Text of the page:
The research proves that it will be possible economically to produce cows that give human milk or make drugs, or even to create pigs that grow human organs, said Steve L. Stice, chief scientist at Advanced Cell Technology Inc. in Worcester, Mass.
A report on joint research by Stice and scientists at the University of Massachusetts in Amherst, is being published on Friday in the journal Science.
Stice said the technique demonstrates that a cell culture from cattle or other livestock can be manipulated to contain specific, desirable genes, and that these cells can then be used to clone endless herds of genetically identical offspring.
"From a particular genetic mating," said Stice, "we could make a limitless supply of these animals."
The important advance represented by the new technique, said Stice, is that the researchers can make specific and targeted genetic changes in the cloning cell line. This was not possible with Dolly, he said.
Dr. Neil First, a prominent animal gene researcher at the University of Wisconsin, said the new technique "is an important step beyond Dolly," the Scottish sheep that is the first mammal cloned from a mature cell.
"This new work has a lot of significance," said First. "It allows a lot of flexibility in genetic engineering," something that was not demonstrated in the technique used to make Dolly.
Stice said that cloning techniques used for Dolly and in his laboratory both start with cells that are somatic that is, mature and of a stable, established cell type.
In Dolly's case, researchers at the Roslin Institute in Scotland started with a cell taken from the udder of an adult ewe.
Stice and his colleagues used fully developed fibroblast cells from a 50-day-old cow fetus. Although the calf was unborn, the cells removed from the fetus were mature.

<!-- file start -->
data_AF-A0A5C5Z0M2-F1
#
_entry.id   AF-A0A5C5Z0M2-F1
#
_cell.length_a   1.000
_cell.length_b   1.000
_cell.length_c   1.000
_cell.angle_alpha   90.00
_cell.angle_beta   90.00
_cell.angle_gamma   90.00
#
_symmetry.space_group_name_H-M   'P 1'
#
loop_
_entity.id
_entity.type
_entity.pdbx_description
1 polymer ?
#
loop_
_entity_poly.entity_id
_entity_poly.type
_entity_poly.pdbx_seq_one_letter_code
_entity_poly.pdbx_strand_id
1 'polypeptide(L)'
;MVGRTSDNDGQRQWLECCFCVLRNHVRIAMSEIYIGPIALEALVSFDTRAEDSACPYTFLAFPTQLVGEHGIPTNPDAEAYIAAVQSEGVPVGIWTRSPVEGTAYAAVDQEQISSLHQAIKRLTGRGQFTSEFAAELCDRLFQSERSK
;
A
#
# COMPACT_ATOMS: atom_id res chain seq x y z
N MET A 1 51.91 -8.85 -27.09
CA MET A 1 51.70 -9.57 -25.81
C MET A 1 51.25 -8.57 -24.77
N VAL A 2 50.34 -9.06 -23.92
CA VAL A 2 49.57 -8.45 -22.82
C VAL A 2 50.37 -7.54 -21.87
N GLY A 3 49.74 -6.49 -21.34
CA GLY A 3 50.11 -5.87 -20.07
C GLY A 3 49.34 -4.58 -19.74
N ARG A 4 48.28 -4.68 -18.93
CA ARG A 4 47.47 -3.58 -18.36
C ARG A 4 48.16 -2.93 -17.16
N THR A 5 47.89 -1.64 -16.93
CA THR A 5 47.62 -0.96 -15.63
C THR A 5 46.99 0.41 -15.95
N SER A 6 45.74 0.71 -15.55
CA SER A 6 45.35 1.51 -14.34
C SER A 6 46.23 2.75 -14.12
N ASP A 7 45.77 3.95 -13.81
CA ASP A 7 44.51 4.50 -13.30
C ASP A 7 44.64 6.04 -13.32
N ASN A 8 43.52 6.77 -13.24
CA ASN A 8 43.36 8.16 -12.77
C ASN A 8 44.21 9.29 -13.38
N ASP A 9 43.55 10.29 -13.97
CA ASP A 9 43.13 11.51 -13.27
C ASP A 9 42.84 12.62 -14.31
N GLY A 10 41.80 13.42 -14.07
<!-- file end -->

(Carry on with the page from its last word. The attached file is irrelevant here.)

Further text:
In both cases, the retrieved cells were placed into a cow's egg from which the nucleus had been removed. Fusing the cell and the egg created an embryo, which was placed into the womb of an unrelated maternal animal that gave birth after carrying the young to full term.
This process results in animals that carry only genes from the original cells. While Dolly's creators, in effect, genetically duplicated a living, adult sheep, Stice and his group created a genetic duplicate of an unborn calf.
Stice said the new technique is more economically useful because cells derived from a fetus lend themselves to genetic manipulation.
"The reason we use fetal fibroblast cells is that they are much more robust, and we can do more with them," he said. "With these cells, we can make the genetic modifications faster and more efficiently."
Stice said he and his colleagues are working to build a herd of cattle genetically modified to be immune to mad cow disease, a brain disorder with a strain that can infect humans who eat infected meat.
He said the new technique also is being used to make cows that give milk containing human serum albumin, a medically important product now available only by separation from human blood.
Also planned, he said, are cows genetically altered to produce milk that closely resembles human milk. He said his group is also experimenting with pigs and hopes to create a herd of swine with hearts, lungs, livers and kidneys that carry human genes. Such organs could be transplanted into humans with less chance of rejection, said Stice.
Such human application of the animal cloning technology is many years away, said Stice, but agricultural use of cloning "is here now."
He said researchers will soon be able to produce "designer" dairy and beef herds that will make food production more efficient.
"Dairy farmers would like to have all females for their herd. With our transgenic process, we could produce bulls who would father only female offspring," said Stice. "The reverse could be done in the beef industry, where male cattle are wanted."